The Consent Order references a preliminary engineering report, completed in June by Stantec Consulting Services in Sarasota. That report explains that the short-term fix will be designed “to eliminate or greatly reduce overflows at the Bee Ridge [Facility] storage pond.”
The “Background” section of that report acknowledges that, beginning in 2013, “the County has periodically discharged reclaimed water” from the storage pond on the Bee Ridge Facility’s property. “These discharges or overflows typically occurred during wet weather events until the end of 2018, when the discharges continued during a period of above average rainfall and reduced customer use of reclaimed water,” the report says.
From 2014 through 2018, the report points out, the highest maximum daily flow occurred in August 2017, which was attributed to Hurricane Harvey. However, even with no large storm events in 2018, the report says, the average annual daily flow that year at the Bee Ridge Facility was higher than in 2017, “indicating overall more flow to the Bee Ridge [Facility].”
The highest maximum monthly average daily flow at the plant was recorded in 2017 and attributed to Hurricane Irma, the report adds.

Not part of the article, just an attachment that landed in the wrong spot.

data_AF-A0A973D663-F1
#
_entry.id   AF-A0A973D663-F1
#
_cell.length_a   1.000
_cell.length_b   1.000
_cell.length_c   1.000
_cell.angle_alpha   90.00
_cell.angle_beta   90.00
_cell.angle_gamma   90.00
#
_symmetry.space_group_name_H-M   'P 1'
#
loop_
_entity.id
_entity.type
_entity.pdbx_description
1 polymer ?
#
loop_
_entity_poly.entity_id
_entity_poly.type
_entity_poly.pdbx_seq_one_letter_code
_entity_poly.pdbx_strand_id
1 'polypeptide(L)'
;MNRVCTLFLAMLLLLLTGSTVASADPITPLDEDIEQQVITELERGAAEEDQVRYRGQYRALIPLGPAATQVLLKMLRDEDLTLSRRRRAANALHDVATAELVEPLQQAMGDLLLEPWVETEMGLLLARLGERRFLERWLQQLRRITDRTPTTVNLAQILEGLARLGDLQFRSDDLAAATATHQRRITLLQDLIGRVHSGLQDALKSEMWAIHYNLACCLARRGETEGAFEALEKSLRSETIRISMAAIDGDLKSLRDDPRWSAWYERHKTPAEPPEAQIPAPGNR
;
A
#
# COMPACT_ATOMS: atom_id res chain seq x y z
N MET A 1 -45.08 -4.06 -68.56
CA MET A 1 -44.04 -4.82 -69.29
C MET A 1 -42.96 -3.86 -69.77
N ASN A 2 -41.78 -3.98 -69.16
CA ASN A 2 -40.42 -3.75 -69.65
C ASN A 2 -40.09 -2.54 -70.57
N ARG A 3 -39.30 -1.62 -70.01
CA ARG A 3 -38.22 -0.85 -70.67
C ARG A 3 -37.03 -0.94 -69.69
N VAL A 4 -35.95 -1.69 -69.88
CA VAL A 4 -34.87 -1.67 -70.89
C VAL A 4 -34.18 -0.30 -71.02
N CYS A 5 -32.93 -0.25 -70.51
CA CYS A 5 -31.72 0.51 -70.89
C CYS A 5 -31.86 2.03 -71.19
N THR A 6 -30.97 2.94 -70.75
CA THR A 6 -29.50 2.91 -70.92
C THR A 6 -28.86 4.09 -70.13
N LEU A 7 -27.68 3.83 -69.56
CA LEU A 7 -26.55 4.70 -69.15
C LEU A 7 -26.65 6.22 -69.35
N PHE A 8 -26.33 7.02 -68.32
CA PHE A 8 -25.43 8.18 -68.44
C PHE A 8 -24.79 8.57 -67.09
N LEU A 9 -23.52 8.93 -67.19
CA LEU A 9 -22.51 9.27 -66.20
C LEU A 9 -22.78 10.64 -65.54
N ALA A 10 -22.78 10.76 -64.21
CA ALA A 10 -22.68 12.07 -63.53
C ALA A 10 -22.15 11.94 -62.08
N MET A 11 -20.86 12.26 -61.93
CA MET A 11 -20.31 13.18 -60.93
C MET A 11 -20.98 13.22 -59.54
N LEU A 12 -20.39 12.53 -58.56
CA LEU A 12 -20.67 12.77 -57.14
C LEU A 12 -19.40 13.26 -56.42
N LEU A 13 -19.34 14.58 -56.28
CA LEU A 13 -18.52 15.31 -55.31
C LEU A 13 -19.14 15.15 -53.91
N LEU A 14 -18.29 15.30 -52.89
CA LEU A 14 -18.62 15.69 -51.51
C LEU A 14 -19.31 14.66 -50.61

The highest maximum daily flow and maximum monthly average daily flow in 2018 occurred in December and September, respectively, the report continues. In December 2018, the report notes, 6.81 inches of rain fell over a three-day period “following the wet season when the groundwater levels are high, and the ground is saturated.”
On March 4, the report continues, representatives of the county, FDEP and Stantec met to discuss the January Warning Letter FDEP sent the county in late January.
The short-term fix, the letter explains, “is to evaluate and implement system improvements to transfer excess reclaimed water” from the Bee Ridge Facility to a deep injection well at the Central County Facility, “using the existing reclaimed water storage facilities and reclaimed water distribution system.”
After water is transferred to the Central County site, the report says, it will be discharged to an on-site storage pond and then pumped through filtration and chlorination systems before it flows into the well.